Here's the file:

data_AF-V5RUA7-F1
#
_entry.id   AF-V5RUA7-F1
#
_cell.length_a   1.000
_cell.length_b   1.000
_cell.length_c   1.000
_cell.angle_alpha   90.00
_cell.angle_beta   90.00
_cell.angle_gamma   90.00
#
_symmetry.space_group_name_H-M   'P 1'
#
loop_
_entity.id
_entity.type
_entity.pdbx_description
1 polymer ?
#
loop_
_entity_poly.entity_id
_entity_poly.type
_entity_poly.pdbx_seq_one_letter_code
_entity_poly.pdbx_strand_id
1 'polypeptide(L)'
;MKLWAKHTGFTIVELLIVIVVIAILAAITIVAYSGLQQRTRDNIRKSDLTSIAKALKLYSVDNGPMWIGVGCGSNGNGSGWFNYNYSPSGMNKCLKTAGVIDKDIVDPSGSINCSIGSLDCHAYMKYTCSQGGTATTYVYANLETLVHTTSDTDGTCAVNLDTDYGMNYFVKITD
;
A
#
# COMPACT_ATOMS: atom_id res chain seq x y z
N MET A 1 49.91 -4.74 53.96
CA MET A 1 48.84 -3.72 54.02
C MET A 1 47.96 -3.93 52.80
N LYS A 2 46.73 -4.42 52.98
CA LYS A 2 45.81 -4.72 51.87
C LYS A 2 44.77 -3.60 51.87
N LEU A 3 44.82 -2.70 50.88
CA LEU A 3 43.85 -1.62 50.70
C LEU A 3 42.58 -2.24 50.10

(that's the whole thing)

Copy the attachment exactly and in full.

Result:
data_AF-V5RUA7-F1
#
_entry.id   AF-V5RUA7-F1
#
_cell.length_a   1.000
_cell.length_b   1.000
_cell.length_c   1.000
_cell.angle_alpha   90.00
_cell.angle_beta   90.00
_cell.angle_gamma   90.00
#
_symmetry.space_group_name_H-M   'P 1'
#
loop_
_entity.id
_entity.type
_entity.pdbx_description
1 polymer ?
#
loop_
_entity_poly.entity_id
_entity_poly.type
_entity_poly.pdbx_seq_one_letter_code
_entity_poly.pdbx_strand_id
1 'polypeptide(L)'
;MKLWAKHTGFTIVELLIVIVVIAILAAITIVAYSGLQQRTRDNIRKSDLTSIAKALKLYSVDNGPMWIGVGCGSNGNGSGWFNYNYSPSGMNKCLKTAGVIDKDIVDPSGSINCSIGSLDCHAYMKYTCSQGGTATTYVYANLETLVHTTSDTDGTCAVNLDTDYGMNYFVKITD
;
A
#
# COMPACT_ATOMS: atom_id res chain seq x y z
N MET A 1 49.91 -4.74 53.96
CA MET A 1 48.84 -3.72 54.02
C MET A 1 47.96 -3.93 52.80
N LYS A 2 46.73 -4.42 52.98
CA LYS A 2 45.81 -4.72 51.87
C LYS A 2 44.77 -3.60 51.87
N LEU A 3 44.82 -2.70 50.88
CA LEU A 3 43.85 -1.62 50.70
C LEU A 3 42.58 -2.24 50.10